Courtesy of Save the Sound

Residents of Fair Haven may see a new green space pop up in their neighborhood soon thanks to a recent state grant meant to develop the Mill River Trail. 

On March 15, the city of New Haven and local nonprofit organization Save the Sound received a $50,000 grant from the Connecticut Urban Green and Community Garden Program, which is part of the Connecticut Department of Energy and Environmental Protection. The grant will fund the development of a dead-end street at the intersection of Haven Street and Exchange Street in the southern part of Fair Haven. Nicole Davis, the Mill River watershed coordinator for Save the Sound, explained that her organization will be working with the city to replace an unused stretch of waterfront pavement with a small park aimed to provide a neighborhood entrance to a section of the Mill River Trail.

“The idea is that while people from the neighborhood normally use the [Mill River Trail], it will also bring in people who don’t normally come to Fair Haven,” Davis told the News. “To get them to really start to embrace these neighborhoods and see what they have to offer as well.” 

The development is part of the local efforts to connect the several stretches of the Mill River Trail so that it runs completely from East Rock Park to Criscuolo Park on the waterfront. One of the main groups behind the project is the Mill River Trail Advocates, a volunteer-run organization working to revitalize the Mill River Trail. J.R. Logan, one of the group’s founders, said that the Mill River Trail is currently broken up by roadways and undeveloped stretches of land. The end goal of the project is to develop a connected trail that does not include roadways.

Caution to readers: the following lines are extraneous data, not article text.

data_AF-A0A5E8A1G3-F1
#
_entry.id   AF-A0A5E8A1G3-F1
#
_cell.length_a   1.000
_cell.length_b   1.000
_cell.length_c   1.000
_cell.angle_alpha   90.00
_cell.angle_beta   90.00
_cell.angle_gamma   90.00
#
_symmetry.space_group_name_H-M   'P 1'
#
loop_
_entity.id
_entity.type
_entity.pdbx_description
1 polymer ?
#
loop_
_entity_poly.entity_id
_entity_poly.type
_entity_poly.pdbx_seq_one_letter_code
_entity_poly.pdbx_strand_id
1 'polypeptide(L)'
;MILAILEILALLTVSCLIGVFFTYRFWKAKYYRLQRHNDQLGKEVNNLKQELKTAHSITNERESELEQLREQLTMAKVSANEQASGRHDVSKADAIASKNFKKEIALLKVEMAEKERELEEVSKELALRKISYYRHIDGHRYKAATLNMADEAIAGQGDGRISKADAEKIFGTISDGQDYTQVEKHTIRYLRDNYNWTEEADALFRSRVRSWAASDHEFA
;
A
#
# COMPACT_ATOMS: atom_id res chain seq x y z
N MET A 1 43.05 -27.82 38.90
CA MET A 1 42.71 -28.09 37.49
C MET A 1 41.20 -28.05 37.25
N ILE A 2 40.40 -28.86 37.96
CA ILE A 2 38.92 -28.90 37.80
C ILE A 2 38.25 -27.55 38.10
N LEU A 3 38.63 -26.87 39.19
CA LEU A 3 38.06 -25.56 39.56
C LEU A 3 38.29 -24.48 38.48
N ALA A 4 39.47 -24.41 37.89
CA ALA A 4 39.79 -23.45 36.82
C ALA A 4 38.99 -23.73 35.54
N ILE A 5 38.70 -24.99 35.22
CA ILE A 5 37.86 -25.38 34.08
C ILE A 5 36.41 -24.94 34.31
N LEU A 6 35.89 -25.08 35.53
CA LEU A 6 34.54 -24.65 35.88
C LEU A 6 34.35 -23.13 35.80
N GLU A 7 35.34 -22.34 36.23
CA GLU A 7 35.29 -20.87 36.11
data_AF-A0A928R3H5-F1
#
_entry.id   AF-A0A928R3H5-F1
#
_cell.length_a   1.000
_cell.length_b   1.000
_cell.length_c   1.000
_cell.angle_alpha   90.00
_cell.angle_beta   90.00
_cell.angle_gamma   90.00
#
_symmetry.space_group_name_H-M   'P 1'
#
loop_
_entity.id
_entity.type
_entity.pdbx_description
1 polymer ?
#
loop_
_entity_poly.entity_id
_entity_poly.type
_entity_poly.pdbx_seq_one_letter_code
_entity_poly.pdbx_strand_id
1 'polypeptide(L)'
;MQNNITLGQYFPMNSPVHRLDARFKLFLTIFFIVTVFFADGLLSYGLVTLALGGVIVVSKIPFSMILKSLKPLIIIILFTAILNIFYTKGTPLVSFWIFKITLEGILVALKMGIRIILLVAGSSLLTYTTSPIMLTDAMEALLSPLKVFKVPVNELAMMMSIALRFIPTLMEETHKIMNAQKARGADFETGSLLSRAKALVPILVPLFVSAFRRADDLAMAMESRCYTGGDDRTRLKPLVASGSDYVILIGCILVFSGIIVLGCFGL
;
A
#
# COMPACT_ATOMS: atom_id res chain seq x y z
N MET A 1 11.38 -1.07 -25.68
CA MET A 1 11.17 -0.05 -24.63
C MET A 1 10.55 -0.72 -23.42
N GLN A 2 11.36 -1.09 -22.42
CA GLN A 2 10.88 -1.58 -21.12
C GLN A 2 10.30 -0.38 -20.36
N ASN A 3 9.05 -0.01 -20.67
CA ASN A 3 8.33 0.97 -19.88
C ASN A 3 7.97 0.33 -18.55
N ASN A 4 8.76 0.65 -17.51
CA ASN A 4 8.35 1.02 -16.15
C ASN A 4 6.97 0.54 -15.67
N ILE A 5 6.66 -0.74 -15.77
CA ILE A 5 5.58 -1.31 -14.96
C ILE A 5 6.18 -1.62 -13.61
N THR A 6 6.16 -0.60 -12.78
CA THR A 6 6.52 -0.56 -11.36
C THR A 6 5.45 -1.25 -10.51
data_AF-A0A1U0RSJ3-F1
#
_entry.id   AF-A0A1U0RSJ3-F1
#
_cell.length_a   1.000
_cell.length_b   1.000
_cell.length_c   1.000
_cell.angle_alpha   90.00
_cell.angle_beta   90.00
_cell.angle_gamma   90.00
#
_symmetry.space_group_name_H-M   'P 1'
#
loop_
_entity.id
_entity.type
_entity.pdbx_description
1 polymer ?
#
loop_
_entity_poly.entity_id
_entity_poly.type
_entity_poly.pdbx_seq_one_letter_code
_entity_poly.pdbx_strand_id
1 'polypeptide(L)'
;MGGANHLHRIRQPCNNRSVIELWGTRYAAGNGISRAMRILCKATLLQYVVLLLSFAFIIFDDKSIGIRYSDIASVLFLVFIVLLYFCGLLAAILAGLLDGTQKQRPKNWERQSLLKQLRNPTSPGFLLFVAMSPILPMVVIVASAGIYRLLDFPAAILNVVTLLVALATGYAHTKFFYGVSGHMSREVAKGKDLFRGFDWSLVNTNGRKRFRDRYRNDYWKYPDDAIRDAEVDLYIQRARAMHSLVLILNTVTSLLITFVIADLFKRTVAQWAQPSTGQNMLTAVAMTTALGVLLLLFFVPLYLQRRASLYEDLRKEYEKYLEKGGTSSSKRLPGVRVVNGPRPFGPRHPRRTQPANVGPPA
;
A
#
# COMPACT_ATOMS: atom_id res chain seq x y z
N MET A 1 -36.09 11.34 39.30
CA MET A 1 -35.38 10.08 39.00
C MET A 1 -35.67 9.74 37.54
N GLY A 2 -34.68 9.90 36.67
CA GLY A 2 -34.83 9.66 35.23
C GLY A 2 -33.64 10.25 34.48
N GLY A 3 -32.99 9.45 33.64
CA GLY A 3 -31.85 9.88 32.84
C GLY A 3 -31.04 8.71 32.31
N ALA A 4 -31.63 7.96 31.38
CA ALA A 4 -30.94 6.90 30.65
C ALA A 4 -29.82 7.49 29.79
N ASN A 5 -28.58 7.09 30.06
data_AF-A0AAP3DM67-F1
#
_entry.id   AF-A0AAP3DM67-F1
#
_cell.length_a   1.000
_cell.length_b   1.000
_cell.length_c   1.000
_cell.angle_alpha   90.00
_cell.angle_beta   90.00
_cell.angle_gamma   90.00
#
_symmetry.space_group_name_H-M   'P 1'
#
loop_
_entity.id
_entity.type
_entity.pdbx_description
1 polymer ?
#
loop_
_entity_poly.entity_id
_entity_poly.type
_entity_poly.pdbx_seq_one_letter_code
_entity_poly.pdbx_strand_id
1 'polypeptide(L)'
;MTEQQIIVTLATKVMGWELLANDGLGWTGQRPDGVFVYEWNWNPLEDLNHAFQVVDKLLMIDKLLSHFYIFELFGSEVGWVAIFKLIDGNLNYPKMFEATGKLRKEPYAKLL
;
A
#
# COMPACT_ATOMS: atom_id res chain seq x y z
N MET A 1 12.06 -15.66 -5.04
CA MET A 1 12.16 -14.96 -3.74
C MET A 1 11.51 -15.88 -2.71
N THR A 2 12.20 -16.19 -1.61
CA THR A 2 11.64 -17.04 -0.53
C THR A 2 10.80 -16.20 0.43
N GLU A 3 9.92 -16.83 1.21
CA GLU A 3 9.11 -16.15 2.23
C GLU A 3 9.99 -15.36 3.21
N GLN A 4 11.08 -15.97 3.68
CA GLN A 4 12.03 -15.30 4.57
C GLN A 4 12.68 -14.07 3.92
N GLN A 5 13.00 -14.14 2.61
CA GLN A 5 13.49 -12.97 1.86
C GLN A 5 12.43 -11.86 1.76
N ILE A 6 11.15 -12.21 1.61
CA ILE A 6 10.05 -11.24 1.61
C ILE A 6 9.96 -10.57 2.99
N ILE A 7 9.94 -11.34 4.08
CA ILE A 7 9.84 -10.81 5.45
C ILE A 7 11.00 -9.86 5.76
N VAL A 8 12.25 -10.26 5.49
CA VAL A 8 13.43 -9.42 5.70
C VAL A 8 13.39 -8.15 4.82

“It’s just been building around the idea of trying to give people access to the river and to appreciate that and the water,” Logan told the News. 

The Mill River Trail Project is part of the Mill River Watershed-Based Plan whose goal is to improve the water quality of the nearby Mill River which has experienced sewage spills in the past. Davis explained that part of the problem with the Mill River water quality was the prevalence of impervious surfaces, such as hard pavements and sidewalks, that do not allow the rainwater to sink into the soil. Much of the New Haven part of the Mill River, she added, has impervious surfaces, leading stormwater containing debris and pollutants to flow directly into the river. To make matters worse, Davis said that New Haven’s combined sewer systems allow for raw sewage to directly flow into the river during times of heavy rainfall. 

“You can really see measurable impacts in the species and the diversity of plants and animals that are found in the river,” Davis said. 

Davis said the addition of the green space, especially rain gardens, to the Fair Haven section of the riverfront should work toward reducing the damaging impact of polluted stormwater runoff. The rain gardens’ plants would serve to capture as much of the stormwater as possible and filter out contaminants. 

Ron Walters, the president of Mill River Watershed Association of South Central Connecticut, said he hopes the development of the Mill River Trail, which would improve accessibility to the Mill River, will also foster interest among the community for protecting the Mill River. 

“The Watershed Plan is looking to improve the water quality and the environment within the watershed and around the river,” Walters told the News. “And the one good way of doing that is getting people out to see what the river is and to actually appreciate it more.”

Save the Sound will manage the construction of the green space. The organization hopes to begin construction in the spring or summer and complete it in three to six weeks, according to Davis. It is currently applying for state and city permits.  

The Mill River Watershed-Based Plan, led by Save the Sound, was created in 2018.

Sai Rayala | sai.rayala@yale.edu

SAI RAYALA
Sai Rayala writes about the climate and environmental efforts in New Haven. Originally from Powell, Ohio, she is a first-year in Timothy Dwight College planning to major in History.